The makeup of poker’s dead man’s hand has varied through the years. Currently, it is described as a two-pair poker hand consisting of the black aces and black eights. These and an unknown hole card were reportedly held by Old West folk hero, lawman, and gunfighter Wild Bill Hickok when he was murdered.
The expression “dead man’s hand” appears to have had some currency in the late 19th and early 20th centuries, although no one connected it to Hickok until the 1920s. The earliest detailed reference to it was 1886, where it was described as a “full house consisting of three jacks and a pair of tens”. Jacks and sevens are called the dead man’s hand in the 1903 Encyclopaedia of Superstitions, Folklore, and the Occult Sciences. Edmond Hoyle refers to it as Jacks and eights in 1907.
The solidification in gamers parlance of the dead man’s hand as two pairs, aces and eights, didn’t come about until after 1926.
What is considered the dead man’s hand card combination of today gets its notoriety from a legend that it was the five-card stud hand held by James Butler Hickok (better known as “Wild Bill” Hickok) when he was shot in the back of the head by Jack McCall on August 2, 1876, in Nuttal & Mann’s Saloon at Deadwood, Dakota Territory:
On August 1, 1876, Hickok was playing poker at Nuttal & Mann’s Saloon in Deadwood, Dakota Territory. When a seat opened up at the table, a drunk man named Jack McCall sat down to play. McCall lost heavily. Hickok encouraged McCall to quit the game until he could cover his losses and offered to give him money for breakfast. Though McCall accepted the money, he was apparently insulted.
The next day, Hickok was playing poker again. He usually sat with his back to a wall so he could see the entrance, but the only seat available when he joined the game was a chair facing away from the door. He asked another man at the table, Charles Rich, to change seats with him twice, but Rich refused.
The Las Vegas Metropolitan Police Department Homicide Division uses the dead man’s hand in their insignia
McCall entered the saloon, walked up behind Hickok, drew his Colt’s Model 1873 Single Action Army .45 caliber revolver and shouted, “Damn you! Take that!” He shot Hickok in the back of the head at point-blank range.[ Hickok died instantly. The bullet emerged through Hickok’s right cheek and struck another player, riverboat Captain William Massie, in the left wrist. Hickok may have told his friend Charlie Utter and others who were traveling with them that he thought he would be killed while in Deadwood.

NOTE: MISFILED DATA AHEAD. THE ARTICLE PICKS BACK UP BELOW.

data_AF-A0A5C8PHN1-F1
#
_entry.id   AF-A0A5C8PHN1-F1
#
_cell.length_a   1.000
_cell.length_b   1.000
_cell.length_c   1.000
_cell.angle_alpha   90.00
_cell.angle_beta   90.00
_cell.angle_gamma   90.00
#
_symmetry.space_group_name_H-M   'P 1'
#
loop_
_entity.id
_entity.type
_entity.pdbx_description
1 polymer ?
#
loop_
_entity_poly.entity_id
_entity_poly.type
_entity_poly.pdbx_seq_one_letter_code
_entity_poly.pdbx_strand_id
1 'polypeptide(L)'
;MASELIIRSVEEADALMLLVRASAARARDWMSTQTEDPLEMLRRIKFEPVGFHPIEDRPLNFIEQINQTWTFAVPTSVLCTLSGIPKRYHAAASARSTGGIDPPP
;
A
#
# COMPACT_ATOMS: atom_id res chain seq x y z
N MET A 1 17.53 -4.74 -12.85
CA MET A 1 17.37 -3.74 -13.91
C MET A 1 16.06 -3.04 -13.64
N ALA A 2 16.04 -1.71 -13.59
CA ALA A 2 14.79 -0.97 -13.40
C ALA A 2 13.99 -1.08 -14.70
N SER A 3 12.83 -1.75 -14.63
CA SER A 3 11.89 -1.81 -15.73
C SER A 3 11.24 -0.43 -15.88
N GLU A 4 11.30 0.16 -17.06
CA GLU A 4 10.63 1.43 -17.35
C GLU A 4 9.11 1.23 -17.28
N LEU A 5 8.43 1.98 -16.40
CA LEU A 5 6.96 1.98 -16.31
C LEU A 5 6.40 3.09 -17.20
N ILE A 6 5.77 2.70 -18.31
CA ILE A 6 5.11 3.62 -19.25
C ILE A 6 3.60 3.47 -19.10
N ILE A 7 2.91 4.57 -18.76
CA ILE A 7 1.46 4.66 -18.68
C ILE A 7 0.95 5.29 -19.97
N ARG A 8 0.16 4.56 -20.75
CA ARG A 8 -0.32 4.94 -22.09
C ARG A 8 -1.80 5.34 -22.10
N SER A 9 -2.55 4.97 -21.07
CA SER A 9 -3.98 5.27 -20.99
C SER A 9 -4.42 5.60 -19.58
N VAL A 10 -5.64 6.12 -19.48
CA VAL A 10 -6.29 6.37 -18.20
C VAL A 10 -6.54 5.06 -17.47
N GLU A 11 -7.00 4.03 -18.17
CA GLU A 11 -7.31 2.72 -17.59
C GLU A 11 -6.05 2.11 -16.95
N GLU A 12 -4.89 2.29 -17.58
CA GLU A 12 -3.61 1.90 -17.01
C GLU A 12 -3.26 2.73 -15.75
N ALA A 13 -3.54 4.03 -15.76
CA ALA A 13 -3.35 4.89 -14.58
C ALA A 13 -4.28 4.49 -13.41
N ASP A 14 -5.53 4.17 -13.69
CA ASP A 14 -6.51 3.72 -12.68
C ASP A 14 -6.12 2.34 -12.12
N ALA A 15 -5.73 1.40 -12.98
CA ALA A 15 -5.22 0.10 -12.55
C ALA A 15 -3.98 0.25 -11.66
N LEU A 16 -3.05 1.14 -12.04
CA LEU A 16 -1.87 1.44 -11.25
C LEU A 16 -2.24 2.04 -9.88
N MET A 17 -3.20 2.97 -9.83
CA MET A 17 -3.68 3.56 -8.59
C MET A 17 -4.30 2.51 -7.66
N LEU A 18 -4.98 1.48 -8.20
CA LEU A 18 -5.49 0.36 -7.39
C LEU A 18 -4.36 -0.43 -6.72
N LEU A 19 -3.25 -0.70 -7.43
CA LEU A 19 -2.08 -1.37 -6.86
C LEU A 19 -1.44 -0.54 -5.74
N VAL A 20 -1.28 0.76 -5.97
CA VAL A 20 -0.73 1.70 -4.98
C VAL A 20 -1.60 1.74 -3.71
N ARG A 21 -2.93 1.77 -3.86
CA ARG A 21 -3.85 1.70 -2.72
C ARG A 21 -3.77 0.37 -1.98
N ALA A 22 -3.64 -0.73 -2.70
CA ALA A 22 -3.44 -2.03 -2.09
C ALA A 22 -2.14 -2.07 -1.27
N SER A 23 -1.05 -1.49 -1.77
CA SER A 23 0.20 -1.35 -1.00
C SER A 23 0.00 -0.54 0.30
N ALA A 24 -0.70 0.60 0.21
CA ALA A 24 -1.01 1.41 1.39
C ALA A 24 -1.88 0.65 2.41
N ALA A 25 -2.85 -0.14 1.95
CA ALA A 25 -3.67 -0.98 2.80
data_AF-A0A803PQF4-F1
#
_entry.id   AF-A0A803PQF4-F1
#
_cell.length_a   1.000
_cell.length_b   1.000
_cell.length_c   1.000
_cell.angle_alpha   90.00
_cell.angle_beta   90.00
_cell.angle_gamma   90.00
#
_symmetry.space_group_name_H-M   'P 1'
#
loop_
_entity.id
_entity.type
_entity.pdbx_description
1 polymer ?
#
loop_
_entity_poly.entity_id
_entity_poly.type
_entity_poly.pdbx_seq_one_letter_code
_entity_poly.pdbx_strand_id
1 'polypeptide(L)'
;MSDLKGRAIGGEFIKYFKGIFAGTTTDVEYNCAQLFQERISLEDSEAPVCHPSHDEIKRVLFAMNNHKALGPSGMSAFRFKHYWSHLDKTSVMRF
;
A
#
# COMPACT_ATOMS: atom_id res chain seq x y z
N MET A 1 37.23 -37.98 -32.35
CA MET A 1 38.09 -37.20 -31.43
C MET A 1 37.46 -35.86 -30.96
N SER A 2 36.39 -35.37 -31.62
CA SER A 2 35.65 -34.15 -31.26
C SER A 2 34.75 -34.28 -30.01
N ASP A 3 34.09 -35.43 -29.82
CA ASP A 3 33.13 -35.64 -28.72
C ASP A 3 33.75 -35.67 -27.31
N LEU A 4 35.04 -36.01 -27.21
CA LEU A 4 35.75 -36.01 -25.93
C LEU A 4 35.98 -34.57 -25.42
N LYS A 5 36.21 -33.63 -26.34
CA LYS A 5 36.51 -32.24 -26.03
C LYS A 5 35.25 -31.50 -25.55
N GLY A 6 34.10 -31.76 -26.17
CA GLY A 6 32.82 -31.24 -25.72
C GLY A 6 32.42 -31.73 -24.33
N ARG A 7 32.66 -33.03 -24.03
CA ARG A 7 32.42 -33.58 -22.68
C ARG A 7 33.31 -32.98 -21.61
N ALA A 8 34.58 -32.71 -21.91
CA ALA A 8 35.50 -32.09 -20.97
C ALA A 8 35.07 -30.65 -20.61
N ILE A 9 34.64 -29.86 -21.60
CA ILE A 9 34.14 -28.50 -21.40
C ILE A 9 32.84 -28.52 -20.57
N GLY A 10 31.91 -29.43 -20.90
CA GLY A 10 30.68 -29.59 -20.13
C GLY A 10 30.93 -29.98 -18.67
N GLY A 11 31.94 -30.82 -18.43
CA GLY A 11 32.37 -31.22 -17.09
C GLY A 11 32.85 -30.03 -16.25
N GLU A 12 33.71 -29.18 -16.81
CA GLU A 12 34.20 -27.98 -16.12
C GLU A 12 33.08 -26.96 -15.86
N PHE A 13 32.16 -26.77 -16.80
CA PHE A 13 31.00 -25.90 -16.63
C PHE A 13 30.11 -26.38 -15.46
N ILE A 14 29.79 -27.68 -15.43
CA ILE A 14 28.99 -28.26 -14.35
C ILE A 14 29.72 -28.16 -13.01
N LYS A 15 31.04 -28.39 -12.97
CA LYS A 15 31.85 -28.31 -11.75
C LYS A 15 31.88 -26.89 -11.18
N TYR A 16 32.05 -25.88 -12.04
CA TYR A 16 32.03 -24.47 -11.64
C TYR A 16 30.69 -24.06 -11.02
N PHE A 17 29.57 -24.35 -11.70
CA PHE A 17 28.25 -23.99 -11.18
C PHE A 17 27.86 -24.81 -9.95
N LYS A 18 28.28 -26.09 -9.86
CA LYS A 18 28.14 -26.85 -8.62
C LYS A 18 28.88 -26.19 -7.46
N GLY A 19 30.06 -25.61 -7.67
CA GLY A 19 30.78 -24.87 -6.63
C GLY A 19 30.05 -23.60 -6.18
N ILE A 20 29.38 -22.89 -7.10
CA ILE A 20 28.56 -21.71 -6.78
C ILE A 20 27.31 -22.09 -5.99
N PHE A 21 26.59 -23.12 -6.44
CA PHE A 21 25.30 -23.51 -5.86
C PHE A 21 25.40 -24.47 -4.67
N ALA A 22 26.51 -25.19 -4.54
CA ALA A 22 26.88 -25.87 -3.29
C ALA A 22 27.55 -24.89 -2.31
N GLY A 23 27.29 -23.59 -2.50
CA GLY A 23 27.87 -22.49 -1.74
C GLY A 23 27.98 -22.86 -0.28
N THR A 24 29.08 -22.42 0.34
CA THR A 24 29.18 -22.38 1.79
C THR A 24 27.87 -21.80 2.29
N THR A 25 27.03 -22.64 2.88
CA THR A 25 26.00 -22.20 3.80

Reportedly, Hickok’s final hand included the aces and eights of both black suits.
According to a book by Western historian Carl W. Breihan, the cards were retrieved from the floor by a man named Neil Christy, who then passed them on to his son. The son, in turn, told Mr. Breihan of the composition of the hand. “Here is an exact identity of these cards as told to me by Christy’s son: the ace of diamonds with a heel mark on it; the ace of clubs; the two black eights, clubs and spades, and the queen of hearts with a small drop of Hickock’s blood on it.”
The dead man’s hand has appeared or been referenced in numerous works of popular culture.
Hickok biographer Joseph Rosa wrote about the make-up of the hand: “The accepted version is that the cards were the ace of spades, the ace of clubs, two black eights, and the queen of clubs as the ‘kicker’.” However, Rosa said that no contemporaneous source can be found for this exact hand. The solidification in gamers parlance of the dead man’s hand as two pairs, aces and eights, didn’t come about until after the 1926 publication of Frank Wilstach’s book Wild Bill Hickok: The Prince of Pistoleers—50 years after Hickok’s death.
The Las Vegas Metropolitan Police Department Homicide Division, the Los Angeles Police Department CRASH squad, and the Armed Forces Medical Examiner System all use the dead man’s hand in their insignia. The western-themed collectible card game Doomtown makes it the highest rank in the game, with the Jack of diamonds as the fifth card.
The dead man’s hand has appeared or been referenced in numerous works of popular culture. In “Batman R.I.P.”, while Batman is talking to The Joker in Arkham Asylum, the Joker sends a cryptic message to Batman by dealing himself a “dead man’s hand, with a twist.” The “twist” is that the 8’s in the hand are red cards, while the aces remain black. His final card is a Joker.